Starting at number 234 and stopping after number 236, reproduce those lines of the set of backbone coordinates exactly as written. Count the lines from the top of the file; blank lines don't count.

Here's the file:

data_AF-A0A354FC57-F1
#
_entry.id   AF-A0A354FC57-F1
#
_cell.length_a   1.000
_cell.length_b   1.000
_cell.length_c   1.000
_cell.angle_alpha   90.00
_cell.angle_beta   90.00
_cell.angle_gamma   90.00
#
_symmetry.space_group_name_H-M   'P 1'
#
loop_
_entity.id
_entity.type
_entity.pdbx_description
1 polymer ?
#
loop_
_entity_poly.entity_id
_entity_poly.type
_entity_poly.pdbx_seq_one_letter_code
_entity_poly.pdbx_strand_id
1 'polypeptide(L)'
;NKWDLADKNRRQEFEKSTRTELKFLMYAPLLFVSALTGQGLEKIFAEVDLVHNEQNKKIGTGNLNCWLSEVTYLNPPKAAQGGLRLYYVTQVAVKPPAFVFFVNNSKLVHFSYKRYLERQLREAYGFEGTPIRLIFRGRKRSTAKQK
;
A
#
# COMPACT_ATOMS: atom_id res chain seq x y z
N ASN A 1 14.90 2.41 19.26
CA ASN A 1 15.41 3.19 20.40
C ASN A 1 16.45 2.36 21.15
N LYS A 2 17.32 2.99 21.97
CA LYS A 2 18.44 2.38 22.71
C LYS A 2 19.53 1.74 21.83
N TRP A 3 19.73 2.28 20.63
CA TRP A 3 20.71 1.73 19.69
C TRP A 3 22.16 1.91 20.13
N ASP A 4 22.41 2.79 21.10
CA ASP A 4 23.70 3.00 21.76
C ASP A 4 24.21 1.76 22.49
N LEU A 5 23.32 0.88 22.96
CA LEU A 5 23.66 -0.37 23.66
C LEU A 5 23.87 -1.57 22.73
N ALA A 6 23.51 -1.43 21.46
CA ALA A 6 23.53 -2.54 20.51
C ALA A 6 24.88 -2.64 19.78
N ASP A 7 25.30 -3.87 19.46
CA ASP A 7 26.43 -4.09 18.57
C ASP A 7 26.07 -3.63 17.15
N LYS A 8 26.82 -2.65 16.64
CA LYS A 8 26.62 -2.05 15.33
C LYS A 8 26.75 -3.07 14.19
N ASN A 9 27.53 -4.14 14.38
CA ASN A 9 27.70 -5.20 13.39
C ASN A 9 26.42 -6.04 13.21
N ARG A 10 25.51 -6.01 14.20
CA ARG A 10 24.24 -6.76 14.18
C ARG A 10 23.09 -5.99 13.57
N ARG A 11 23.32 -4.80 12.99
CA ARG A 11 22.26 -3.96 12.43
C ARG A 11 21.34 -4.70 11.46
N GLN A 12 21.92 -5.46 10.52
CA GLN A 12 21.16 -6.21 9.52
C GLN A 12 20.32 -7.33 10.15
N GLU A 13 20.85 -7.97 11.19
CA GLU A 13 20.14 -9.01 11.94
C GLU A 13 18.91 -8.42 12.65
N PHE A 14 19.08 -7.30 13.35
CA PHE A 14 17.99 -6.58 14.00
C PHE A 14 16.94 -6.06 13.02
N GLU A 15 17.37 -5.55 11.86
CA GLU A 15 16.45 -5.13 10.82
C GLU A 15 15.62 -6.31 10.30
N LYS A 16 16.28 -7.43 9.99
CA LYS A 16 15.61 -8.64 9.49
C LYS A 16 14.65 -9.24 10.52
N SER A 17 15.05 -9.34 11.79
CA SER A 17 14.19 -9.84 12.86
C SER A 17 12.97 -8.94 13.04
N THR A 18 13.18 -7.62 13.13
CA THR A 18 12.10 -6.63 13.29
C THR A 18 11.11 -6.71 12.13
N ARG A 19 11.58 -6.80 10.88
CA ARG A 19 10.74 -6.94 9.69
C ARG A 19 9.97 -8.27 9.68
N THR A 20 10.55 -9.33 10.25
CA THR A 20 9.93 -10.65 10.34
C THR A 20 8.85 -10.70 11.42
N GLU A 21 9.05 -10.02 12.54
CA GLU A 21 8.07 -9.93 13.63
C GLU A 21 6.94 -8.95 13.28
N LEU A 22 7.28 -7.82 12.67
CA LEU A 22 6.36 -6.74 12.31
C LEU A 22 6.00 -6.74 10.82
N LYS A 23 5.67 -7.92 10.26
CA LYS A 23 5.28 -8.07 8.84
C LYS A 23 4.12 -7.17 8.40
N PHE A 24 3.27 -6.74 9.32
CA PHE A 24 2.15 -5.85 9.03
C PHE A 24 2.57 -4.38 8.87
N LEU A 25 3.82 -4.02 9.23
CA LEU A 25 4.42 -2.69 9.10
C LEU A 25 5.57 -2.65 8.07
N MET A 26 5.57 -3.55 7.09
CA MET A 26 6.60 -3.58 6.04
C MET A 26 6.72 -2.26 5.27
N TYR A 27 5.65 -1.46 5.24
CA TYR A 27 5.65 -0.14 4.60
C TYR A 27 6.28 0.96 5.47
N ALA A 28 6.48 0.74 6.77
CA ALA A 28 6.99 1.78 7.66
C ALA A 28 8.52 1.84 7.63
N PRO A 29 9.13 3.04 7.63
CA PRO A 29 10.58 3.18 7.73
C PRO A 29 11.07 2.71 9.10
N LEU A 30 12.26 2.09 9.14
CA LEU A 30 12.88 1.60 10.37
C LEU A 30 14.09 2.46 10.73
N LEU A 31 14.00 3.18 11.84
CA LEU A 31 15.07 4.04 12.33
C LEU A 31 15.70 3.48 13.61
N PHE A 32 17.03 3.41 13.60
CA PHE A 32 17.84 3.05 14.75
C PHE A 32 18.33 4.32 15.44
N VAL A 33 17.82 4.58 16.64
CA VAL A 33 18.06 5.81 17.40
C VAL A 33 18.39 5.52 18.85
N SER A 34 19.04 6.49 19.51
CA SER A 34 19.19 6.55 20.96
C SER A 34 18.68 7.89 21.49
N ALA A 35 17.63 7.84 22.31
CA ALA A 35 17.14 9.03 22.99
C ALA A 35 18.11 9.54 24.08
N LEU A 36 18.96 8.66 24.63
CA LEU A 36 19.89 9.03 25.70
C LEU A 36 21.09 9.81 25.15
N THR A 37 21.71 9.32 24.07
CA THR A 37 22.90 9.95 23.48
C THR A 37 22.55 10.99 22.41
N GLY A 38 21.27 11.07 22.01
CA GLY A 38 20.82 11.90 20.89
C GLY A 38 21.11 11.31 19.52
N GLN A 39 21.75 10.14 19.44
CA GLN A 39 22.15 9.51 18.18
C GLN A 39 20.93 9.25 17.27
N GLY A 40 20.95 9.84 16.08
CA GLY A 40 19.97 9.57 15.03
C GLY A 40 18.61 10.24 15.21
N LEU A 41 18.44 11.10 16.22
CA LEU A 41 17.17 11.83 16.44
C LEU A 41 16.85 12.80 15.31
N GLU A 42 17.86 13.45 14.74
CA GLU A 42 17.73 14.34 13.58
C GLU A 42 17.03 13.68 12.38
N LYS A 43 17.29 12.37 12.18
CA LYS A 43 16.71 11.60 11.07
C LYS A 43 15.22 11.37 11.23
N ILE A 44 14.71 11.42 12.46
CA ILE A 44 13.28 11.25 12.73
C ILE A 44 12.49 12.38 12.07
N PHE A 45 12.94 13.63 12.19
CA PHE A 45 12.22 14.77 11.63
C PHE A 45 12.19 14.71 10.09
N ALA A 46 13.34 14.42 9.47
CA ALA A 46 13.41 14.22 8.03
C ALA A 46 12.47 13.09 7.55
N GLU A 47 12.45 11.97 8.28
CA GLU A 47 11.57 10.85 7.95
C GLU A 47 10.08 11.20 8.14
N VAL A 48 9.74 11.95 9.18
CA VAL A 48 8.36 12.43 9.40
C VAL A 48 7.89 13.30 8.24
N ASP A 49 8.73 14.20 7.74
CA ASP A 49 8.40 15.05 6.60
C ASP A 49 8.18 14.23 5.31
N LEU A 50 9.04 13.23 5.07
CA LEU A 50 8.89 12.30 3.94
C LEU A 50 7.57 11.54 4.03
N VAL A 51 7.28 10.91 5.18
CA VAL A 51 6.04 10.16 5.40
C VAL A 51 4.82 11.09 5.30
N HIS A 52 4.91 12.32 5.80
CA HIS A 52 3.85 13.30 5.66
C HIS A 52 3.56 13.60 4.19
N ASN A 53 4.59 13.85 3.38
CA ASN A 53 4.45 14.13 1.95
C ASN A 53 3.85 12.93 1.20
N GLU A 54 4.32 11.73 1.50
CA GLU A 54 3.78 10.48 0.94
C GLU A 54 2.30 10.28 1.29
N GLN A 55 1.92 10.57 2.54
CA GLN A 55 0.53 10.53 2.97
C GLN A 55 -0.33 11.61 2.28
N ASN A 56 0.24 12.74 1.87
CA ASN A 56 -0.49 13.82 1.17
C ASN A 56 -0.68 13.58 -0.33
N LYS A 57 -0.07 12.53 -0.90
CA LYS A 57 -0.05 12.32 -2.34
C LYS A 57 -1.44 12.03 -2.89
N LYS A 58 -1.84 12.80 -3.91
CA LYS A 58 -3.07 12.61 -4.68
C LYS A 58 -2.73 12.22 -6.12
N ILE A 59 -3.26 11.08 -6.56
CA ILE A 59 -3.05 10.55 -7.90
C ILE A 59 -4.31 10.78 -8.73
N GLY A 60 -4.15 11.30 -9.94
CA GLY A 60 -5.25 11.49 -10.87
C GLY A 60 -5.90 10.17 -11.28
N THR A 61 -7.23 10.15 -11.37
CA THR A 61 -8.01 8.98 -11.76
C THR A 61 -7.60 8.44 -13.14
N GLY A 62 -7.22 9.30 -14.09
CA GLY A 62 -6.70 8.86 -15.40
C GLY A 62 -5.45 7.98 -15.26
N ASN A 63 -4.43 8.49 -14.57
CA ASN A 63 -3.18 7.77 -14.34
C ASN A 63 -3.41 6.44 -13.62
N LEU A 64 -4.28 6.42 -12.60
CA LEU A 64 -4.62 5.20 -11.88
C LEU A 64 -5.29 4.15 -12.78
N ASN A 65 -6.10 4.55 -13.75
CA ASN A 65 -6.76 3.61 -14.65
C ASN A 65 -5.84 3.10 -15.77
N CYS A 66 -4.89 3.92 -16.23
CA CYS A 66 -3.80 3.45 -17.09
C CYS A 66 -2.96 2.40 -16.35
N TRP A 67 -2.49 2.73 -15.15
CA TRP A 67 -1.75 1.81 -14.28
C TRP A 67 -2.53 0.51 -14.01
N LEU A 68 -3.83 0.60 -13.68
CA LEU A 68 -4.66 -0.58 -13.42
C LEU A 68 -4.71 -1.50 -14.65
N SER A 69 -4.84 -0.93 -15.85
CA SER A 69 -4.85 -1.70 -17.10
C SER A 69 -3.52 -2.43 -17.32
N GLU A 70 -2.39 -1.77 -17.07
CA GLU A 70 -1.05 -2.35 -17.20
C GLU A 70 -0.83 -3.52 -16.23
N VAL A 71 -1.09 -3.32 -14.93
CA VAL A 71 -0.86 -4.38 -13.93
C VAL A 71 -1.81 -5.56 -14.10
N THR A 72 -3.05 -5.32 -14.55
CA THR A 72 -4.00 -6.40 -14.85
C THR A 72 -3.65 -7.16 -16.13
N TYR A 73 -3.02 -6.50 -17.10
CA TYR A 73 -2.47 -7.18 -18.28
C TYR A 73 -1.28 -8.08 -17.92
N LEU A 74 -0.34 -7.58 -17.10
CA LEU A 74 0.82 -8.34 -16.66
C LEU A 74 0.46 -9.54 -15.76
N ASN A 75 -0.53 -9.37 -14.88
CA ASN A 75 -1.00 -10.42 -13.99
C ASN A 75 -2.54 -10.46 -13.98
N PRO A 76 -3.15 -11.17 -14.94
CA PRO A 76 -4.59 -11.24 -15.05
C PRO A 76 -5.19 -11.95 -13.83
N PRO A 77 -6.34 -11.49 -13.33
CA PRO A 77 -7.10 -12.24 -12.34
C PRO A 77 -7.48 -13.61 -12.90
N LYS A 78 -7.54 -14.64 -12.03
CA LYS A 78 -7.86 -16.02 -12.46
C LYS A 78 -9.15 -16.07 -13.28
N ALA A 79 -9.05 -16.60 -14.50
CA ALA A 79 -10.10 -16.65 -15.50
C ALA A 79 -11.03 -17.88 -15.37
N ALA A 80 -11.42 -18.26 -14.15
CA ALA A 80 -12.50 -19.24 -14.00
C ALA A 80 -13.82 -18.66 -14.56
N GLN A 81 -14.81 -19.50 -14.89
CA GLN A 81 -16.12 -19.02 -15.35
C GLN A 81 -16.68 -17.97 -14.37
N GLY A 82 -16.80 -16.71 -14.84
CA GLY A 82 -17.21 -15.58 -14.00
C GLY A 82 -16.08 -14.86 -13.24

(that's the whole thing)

C LEU A 68 -4.71 -1.50 -14.65
N SER A 69 -4.84 -0.93 -15.85
CA SER A 69 -4.85 -1.70 -17.10